BY NGUNJIRI WAMBUGU
Last week two people were shot by policemen in Kawangware. Two police officers came across an elderly man and a youngster at 3am, and suspecting them to be criminals, shot them dead. The initial reports from the police indicated that the two victims were criminals and a vernacular radio presenter even informed the public that the two were carrying machetes, and had left the officers with no choice but to shoot and kill them.
This incident was well on the way to being another statistic of criminals killed by police until Kawangware residents took to the streets stating very firmly that these killings were unlawful, and that the two Kenyans were innocent.
The media then went into the details of the story and we learnt that the older man was 46-year old Ebrahim Ombasa Ondego, and the youngster was his 14-year-old son Joseph Nyaberi Ombasa. We learnt that Ebrahim was on the way to the market to set up shop for his wife, and that he did this every morning as a means of booking space for her as she organised the household.
The wife would then come to the market at 9am and release him to go to Industrial area to look for casual work. At the end of the day Ebrahim would be back to take over from her again, releasing her to go and prepare supper for the family. He would then close down their small business and go home late at night.
Joseph Nyaberi had just completed his KCPE a week or so ago.
Clearly this two were not criminals and the police apologised, both for the shooting, and for providing the public with false information. The officers involved were also charged.
I had a chance to meet Ebrahims’ 36-year-old wife Joyce Ombasa and the other two children: 21-year-old Violet, and 17-year-old Isaac. Listening to their story and watching the helplessness on their faces made me want to weep. The fact is that despite the well-meaning police apologies Ebrahim and his son were dead leaving an already very poor family to struggle and raise money to bury them. The ironies of life are such that the family is even liable for government charges for the two’s mortuary fees!
What’s even sadder is that Ebrahim and Joseph are but two of a long list of innocent Kenyans killed by what can at best be called overzealous police officers. Others include Hon Muiruri’s son, initially booked as a suspected mungiki shooting before it became clear that he was another victim of a police officer gone bad. Add every other Kenyan you know has been shot by police ‘by mistake’ and you will realize we have a problem.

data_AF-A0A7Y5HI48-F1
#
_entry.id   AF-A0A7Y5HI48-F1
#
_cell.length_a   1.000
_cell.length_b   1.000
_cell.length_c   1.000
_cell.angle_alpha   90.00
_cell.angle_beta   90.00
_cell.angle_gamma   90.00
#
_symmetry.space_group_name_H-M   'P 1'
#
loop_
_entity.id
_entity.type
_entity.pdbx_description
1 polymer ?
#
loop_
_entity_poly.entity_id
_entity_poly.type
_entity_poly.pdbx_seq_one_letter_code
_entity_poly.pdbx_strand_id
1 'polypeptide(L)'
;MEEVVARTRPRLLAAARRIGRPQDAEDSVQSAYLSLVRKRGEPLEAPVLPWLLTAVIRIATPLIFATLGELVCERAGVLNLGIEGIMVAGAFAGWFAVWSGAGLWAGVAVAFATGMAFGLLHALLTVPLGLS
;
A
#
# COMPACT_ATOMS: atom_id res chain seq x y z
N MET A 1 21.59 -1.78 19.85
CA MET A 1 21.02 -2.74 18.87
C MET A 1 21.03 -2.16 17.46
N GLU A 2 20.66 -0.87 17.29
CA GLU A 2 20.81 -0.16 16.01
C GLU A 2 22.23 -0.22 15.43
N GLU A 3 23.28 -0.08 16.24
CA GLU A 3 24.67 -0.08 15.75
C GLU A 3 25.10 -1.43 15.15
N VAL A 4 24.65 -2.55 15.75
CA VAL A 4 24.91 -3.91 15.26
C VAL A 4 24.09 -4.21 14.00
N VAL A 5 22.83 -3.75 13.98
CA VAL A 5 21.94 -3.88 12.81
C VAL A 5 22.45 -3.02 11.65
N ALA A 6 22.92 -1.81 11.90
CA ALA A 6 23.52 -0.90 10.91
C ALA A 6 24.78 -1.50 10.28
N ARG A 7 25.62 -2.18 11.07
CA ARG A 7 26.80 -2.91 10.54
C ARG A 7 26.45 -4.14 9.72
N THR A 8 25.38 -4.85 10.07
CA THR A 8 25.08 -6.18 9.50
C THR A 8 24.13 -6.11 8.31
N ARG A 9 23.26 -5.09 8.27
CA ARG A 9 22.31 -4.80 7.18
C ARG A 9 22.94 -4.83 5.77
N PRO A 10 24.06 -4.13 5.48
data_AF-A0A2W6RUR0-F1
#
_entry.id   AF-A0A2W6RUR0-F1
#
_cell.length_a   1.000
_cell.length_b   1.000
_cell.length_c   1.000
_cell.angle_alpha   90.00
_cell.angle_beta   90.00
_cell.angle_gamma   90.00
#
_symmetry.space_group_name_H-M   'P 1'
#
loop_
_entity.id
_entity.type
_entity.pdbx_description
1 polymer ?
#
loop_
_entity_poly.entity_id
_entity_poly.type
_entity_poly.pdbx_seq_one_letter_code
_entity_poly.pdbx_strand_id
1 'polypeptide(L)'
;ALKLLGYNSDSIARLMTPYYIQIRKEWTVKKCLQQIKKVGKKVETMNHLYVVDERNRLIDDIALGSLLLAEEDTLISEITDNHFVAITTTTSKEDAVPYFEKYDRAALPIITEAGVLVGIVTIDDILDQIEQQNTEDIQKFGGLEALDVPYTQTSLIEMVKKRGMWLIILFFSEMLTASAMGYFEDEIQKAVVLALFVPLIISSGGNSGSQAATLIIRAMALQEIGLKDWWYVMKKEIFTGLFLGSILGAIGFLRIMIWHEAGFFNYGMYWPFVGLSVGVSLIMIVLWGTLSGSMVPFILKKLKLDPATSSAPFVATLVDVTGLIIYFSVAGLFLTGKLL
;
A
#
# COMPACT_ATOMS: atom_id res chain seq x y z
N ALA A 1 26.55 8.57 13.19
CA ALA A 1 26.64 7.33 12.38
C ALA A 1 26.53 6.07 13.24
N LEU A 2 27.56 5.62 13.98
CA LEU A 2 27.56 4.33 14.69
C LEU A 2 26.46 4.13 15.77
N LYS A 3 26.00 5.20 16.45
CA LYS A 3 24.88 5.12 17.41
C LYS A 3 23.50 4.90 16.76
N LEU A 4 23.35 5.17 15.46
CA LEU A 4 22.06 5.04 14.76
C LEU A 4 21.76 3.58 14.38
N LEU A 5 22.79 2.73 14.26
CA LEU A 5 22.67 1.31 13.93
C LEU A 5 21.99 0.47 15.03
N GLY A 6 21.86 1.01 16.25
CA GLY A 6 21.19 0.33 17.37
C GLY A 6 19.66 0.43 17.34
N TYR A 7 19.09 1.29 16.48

The UN Special Rapporteurs for Extra-Judicial killings Prof Phillip Alston officially stated that the Kenya police force seems to operate a shoot-to-kill system, including having killer squads that are let loose on perceived and/or imagined criminals. The government’s very own Kenya National Commission on Human Rights (KNCHR) has produced several reports on this issue, the most famous being the ‘Cry of Blood’ that indicated over 500 killings and/or forced disappearances of young Kenyans from Central & Nairobi provinces.
The fact that we have a new Constitution has done nothing to change this. The Independent Medico-Legal Unit (IMLU) has documented over 200 such incidences since promulgation last year.
Other organisations like Release Political Prisoners, etc, have their own reports. The common denominator in all these reports is that fingers are pointed at the police as being behind the killings.
I am convinced that 99 percent of our police officers are hardworking and brave officers who work in extremely difficult circumstances, to keep what is usually an ungrateful citizenry safe. They are ill-equipped, and face life-threatening situations literally every day they walk out of what are also unmaintained government houses. They are also treated as second class citizens by civil society and the general public.
However what disturbs me is how we have allowed this to excuse the 1 percent bad apples who will shoot rather than arrest anyone they suspect of being a criminal, whatever the circumstances. A song has even been done of the existence of ‘bonoko’: firearms laid besides victims to justify the shooting as legitimate. Then there is the administrative reluctance to accept that that we have too many illegitimate shootings going on. The police bosses will only respond if there is a public outcry.
We are in the era of ‘Siasa Mpya’ so my challenge goes to our 290 elected political representatives. Is there an official policy to consider innocent Kenyans killed in pursuit of dangerous criminals as collateral damage? Should we accept the seemingly unspoken police position that if we focus on guaranteeing the right to life of all innocent people, a few dangerous criminals will escape? Are you, as members of families, willing for the collateral damage to be your child, sibling or parent? If any of the answers above is ‘NO’ can you ensure that the independent oversight police commission interrogates every fatal police shooting, whatever the circumstances?